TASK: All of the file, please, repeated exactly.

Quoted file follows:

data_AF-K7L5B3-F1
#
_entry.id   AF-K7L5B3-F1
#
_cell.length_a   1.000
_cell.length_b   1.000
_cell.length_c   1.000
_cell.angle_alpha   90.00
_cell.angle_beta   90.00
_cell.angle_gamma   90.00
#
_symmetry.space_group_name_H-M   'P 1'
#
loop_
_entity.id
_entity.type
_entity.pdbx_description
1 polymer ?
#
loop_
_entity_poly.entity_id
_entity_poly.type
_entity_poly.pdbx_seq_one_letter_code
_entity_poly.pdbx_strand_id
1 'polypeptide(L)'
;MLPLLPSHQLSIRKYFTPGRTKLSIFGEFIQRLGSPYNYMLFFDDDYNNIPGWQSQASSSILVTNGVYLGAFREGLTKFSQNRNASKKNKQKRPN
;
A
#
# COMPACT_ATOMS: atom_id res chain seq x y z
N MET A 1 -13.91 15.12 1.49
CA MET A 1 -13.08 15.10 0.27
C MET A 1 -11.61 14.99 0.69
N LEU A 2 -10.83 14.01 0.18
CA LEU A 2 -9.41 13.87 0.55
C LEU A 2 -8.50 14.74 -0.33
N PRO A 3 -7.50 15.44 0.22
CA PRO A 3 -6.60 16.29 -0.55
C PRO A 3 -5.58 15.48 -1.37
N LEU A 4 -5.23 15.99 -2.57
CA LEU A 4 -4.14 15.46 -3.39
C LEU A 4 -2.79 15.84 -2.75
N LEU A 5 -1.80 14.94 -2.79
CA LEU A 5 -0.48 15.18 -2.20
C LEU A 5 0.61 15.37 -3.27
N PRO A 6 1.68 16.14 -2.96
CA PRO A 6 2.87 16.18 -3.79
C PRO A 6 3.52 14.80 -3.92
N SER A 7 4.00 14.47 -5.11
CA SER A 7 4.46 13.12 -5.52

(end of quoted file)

data_AF-K7L5B3-F1
#
_entry.id   AF-K7L5B3-F1
#
_cell.length_a   1.000
_cell.length_b   1.000
_cell.length_c   1.000
_cell.angle_alpha   90.00
_cell.angle_beta   90.00
_cell.angle_gamma   90.00
#
_symmetry.space_group_name_H-M   'P 1'
#
loop_
_entity.id
_entity.type
_entity.pdbx_description
1 polymer ?
#
loop_
_entity_poly.entity_id
_entity_poly.type
_entity_poly.pdbx_seq_one_letter_code
_entity_poly.pdbx_strand_id
1 'polypeptide(L)'
;MLPLLPSHQLSIRKYFTPGRTKLSIFGEFIQRLGSPYNYMLFFDDDYNNIPGWQSQASSSILVTNGVYLGAFREGLTKFSQNRNASKKNKQKRPN
;
A
#
# COMPACT_ATOMS: atom_id res chain seq x y z
N MET A 1 -13.91 15.12 1.49
CA MET A 1 -13.08 15.10 0.27
C MET A 1 -11.61 14.99 0.69
N LEU A 2 -10.83 14.01 0.18
CA LEU A 2 -9.41 13.87 0.55
C LEU A 2 -8.50 14.74 -0.33
N PRO A 3 -7.50 15.44 0.22
CA PRO A 3 -6.60 16.29 -0.55
C PRO A 3 -5.58 15.48 -1.37
N LEU A 4 -5.23 15.99 -2.57
CA LEU A 4 -4.14 15.46 -3.39
C LEU A 4 -2.79 15.84 -2.75
N LEU A 5 -1.80 14.94 -2.79
CA LEU A 5 -0.48 15.18 -2.20
C LEU A 5 0.61 15.37 -3.27
N PRO A 6 1.68 16.14 -2.96
CA PRO A 6 2.87 16.18 -3.79
C PRO A 6 3.52 14.80 -3.92
N SER A 7 4.00 14.47 -5.11
CA SER A 7 4.46 13.12 -5.52